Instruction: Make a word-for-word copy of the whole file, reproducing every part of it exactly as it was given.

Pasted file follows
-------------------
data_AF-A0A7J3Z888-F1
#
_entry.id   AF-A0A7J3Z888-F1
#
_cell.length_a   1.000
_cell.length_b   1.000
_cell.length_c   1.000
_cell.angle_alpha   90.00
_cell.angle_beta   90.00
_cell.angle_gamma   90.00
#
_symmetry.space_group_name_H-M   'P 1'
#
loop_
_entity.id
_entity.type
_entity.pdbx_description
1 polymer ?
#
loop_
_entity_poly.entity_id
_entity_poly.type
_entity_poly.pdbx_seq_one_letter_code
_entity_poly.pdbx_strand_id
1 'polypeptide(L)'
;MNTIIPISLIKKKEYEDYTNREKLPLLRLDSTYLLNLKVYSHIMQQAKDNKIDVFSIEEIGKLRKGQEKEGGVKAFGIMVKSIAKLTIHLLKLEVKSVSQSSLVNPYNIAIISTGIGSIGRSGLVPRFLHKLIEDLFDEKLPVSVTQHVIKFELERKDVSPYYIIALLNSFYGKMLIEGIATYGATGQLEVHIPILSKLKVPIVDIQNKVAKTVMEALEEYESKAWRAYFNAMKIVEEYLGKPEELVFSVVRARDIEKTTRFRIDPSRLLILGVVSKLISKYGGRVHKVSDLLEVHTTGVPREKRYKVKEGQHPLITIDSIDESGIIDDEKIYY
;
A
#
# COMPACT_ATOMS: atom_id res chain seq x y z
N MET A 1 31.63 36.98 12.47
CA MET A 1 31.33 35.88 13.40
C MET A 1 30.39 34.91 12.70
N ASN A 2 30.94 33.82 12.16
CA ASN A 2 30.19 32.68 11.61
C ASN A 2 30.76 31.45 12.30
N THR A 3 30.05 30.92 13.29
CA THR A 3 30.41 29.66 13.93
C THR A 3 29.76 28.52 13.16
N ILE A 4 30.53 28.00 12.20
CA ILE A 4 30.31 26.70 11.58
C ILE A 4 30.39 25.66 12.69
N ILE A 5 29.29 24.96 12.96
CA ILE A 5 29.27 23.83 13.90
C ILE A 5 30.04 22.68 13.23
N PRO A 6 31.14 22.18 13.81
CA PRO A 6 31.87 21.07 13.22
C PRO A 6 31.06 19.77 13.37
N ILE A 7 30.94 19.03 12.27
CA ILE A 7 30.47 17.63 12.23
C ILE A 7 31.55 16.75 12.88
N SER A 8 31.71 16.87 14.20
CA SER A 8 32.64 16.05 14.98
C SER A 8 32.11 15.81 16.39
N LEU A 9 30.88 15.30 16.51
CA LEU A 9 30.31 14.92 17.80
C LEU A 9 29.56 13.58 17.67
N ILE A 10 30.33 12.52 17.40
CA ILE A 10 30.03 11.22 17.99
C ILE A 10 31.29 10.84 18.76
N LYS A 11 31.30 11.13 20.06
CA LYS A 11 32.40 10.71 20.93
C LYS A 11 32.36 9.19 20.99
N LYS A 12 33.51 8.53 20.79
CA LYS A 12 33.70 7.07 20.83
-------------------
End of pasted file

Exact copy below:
data_AF-A0A7J3Z888-F1
#
_entry.id   AF-A0A7J3Z888-F1
#
_cell.length_a   1.000
_cell.length_b   1.000
_cell.length_c   1.000
_cell.angle_alpha   90.00
_cell.angle_beta   90.00
_cell.angle_gamma   90.00
#
_symmetry.space_group_name_H-M   'P 1'
#
loop_
_entity.id
_entity.type
_entity.pdbx_description
1 polymer ?
#
loop_
_entity_poly.entity_id
_entity_poly.type
_entity_poly.pdbx_seq_one_letter_code
_entity_poly.pdbx_strand_id
1 'polypeptide(L)'
;MNTIIPISLIKKKEYEDYTNREKLPLLRLDSTYLLNLKVYSHIMQQAKDNKIDVFSIEEIGKLRKGQEKEGGVKAFGIMVKSIAKLTIHLLKLEVKSVSQSSLVNPYNIAIISTGIGSIGRSGLVPRFLHKLIEDLFDEKLPVSVTQHVIKFELERKDVSPYYIIALLNSFYGKMLIEGIATYGATGQLEVHIPILSKLKVPIVDIQNKVAKTVMEALEEYESKAWRAYFNAMKIVEEYLGKPEELVFSVVRARDIEKTTRFRIDPSRLLILGVVSKLISKYGGRVHKVSDLLEVHTTGVPREKRYKVKEGQHPLITIDSIDESGIIDDEKIYY
;
A
#
# COMPACT_ATOMS: atom_id res chain seq x y z
N MET A 1 31.63 36.98 12.47
CA MET A 1 31.33 35.88 13.40
C MET A 1 30.39 34.91 12.70
N ASN A 2 30.94 33.82 12.16
CA ASN A 2 30.19 32.68 11.61
C ASN A 2 30.76 31.45 12.30
N THR A 3 30.05 30.92 13.29
CA THR A 3 30.41 29.66 13.93
C THR A 3 29.76 28.52 13.16
N ILE A 4 30.53 28.00 12.20
CA ILE A 4 30.31 26.70 11.58
C ILE A 4 30.39 25.66 12.69
N ILE A 5 29.29 24.96 12.96
CA ILE A 5 29.27 23.83 13.90
C ILE A 5 30.04 22.68 13.23
N PRO A 6 31.14 22.18 13.81
CA PRO A 6 31.87 21.07 13.22
C PRO A 6 31.06 19.77 13.37
N ILE A 7 30.94 19.03 12.27
CA ILE A 7 30.47 17.63 12.23
C ILE A 7 31.55 16.75 12.88
N SER A 8 31.71 16.87 14.20
CA SER A 8 32.64 16.05 14.98
C SER A 8 32.11 15.81 16.39
N LEU A 9 30.88 15.30 16.51
CA LEU A 9 30.31 14.92 17.80
C LEU A 9 29.56 13.58 17.67
N ILE A 10 30.33 12.52 17.40
CA ILE A 10 30.03 11.22 17.99
C ILE A 10 31.29 10.84 18.76
N LYS A 11 31.30 11.13 20.06
CA LYS A 11 32.40 10.71 20.93
C LYS A 11 32.36 9.19 20.99
N LYS A 12 33.51 8.53 20.79
CA LYS A 12 33.70 7.07 20.83